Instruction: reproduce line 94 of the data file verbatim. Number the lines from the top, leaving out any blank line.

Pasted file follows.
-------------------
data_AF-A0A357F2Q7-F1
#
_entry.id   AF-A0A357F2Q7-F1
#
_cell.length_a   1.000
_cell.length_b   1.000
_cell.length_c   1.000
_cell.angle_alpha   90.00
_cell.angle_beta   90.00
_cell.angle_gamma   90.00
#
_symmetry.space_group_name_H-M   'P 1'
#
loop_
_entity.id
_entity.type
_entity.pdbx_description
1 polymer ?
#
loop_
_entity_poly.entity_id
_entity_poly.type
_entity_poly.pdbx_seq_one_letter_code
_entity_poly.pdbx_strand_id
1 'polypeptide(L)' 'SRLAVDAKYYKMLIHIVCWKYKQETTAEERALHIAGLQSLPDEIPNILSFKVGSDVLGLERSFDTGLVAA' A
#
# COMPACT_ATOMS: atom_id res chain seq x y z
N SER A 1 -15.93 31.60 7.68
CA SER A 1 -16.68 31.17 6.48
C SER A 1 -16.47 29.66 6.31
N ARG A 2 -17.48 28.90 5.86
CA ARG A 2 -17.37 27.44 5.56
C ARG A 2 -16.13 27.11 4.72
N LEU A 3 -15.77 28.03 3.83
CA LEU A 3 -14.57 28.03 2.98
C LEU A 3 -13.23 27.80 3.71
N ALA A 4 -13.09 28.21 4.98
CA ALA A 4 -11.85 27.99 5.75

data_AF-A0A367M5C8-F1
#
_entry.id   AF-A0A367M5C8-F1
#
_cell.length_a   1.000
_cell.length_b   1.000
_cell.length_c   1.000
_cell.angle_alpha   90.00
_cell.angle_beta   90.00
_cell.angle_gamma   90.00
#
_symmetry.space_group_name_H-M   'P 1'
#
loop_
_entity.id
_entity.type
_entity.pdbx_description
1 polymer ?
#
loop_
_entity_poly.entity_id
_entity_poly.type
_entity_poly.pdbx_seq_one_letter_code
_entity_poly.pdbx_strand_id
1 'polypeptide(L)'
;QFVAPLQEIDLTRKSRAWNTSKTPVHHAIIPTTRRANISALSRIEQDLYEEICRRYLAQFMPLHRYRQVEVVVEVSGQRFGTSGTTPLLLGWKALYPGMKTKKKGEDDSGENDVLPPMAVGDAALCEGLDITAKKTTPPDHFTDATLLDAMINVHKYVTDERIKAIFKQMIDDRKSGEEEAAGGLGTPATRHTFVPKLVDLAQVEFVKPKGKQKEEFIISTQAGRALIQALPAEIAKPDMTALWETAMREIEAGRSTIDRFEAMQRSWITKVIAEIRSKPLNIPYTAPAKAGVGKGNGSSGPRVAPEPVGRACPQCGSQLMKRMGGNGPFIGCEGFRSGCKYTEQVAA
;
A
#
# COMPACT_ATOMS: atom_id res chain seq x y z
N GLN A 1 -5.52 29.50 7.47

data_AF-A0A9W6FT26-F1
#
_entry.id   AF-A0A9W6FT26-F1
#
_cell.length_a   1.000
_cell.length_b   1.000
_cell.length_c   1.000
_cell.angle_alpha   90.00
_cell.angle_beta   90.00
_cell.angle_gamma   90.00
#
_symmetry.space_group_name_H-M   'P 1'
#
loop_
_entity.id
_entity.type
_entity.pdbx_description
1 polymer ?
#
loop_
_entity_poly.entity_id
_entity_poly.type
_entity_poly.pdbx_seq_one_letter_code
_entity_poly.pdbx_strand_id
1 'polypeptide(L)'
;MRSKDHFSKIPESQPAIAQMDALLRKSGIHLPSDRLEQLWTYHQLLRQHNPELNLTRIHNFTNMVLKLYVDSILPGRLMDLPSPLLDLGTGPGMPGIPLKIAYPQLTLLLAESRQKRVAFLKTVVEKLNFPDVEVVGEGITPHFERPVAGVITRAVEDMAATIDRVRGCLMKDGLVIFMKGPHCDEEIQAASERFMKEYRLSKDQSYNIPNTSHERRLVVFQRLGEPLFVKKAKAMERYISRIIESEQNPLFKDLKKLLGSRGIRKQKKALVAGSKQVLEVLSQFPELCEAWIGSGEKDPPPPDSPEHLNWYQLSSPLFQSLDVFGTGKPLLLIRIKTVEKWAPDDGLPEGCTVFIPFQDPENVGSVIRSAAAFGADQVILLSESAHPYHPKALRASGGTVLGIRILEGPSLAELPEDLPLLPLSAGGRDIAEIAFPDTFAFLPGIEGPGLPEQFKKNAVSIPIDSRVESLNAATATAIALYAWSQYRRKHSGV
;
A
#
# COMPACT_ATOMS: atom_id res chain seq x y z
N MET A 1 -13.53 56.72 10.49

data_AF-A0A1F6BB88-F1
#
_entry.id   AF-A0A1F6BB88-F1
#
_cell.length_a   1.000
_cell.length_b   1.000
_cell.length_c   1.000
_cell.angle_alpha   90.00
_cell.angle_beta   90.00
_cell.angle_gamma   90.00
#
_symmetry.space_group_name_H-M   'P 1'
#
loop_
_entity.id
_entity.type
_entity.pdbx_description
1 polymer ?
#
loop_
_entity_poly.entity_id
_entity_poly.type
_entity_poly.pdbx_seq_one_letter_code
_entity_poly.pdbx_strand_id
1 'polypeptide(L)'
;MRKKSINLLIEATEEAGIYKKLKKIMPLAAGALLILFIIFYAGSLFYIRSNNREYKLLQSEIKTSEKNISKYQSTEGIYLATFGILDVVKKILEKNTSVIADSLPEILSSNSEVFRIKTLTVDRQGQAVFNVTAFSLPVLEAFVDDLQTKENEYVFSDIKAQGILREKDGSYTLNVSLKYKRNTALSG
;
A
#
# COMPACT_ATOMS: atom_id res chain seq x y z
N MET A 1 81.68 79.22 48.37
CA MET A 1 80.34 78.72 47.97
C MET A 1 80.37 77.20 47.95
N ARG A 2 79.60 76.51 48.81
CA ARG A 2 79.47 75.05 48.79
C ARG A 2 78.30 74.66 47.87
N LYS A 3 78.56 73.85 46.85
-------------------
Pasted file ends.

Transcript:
1 'polypeptide(L)'